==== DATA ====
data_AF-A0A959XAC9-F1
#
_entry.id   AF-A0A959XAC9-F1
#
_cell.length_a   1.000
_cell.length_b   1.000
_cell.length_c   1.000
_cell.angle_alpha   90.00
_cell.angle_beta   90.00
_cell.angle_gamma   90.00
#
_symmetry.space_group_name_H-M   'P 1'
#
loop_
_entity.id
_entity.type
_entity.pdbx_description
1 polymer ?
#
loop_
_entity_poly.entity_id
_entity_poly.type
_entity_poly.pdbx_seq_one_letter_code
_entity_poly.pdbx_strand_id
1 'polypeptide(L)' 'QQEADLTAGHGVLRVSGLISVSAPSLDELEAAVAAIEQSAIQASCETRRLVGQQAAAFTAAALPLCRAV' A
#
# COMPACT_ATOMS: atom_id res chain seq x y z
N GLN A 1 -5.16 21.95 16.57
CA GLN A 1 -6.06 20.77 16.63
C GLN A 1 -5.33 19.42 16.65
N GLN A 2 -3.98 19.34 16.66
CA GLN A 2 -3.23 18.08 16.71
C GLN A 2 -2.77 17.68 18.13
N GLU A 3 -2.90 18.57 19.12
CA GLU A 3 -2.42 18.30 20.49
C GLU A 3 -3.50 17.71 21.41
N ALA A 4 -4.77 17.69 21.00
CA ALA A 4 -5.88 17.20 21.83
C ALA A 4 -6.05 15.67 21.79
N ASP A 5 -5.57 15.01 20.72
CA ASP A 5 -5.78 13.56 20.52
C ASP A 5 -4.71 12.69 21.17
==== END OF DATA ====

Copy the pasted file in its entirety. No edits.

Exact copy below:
data_AF-A0A959XAC9-F1
#
_entry.id   AF-A0A959XAC9-F1
#
_cell.length_a   1.000
_cell.length_b   1.000
_cell.length_c   1.000
_cell.angle_alpha   90.00
_cell.angle_beta   90.00
_cell.angle_gamma   90.00
#
_symmetry.space_group_name_H-M   'P 1'
#
loop_
_entity.id
_entity.type
_entity.pdbx_description
1 polymer ?
#
loop_
_entity_poly.entity_id
_entity_poly.type
_entity_poly.pdbx_seq_one_letter_code
_entity_poly.pdbx_strand_id
1 'polypeptide(L)' 'QQEADLTAGHGVLRVSGLISVSAPSLDELEAAVAAIEQSAIQASCETRRLVGQQAAAFTAAALPLCRAV' A
#
# COMPACT_ATOMS: atom_id res chain seq x y z
N GLN A 1 -5.16 21.95 16.57
CA GLN A 1 -6.06 20.77 16.63
C GLN A 1 -5.33 19.42 16.65
N GLN A 2 -3.98 19.34 16.66
CA GLN A 2 -3.23 18.08 16.71
C GLN A 2 -2.77 17.68 18.13
N GLU A 3 -2.90 18.57 19.12
CA GLU A 3 -2.42 18.30 20.49
C GLU A 3 -3.50 17.71 21.41
N ALA A 4 -4.77 17.69 21.00
CA ALA A 4 -5.88 17.20 21.83
C ALA A 4 -6.05 15.67 21.79
N ASP A 5 -5.57 15.01 20.72
CA ASP A 5 -5.78 13.56 20.52
C ASP A 5 -4.71 12.69 21.17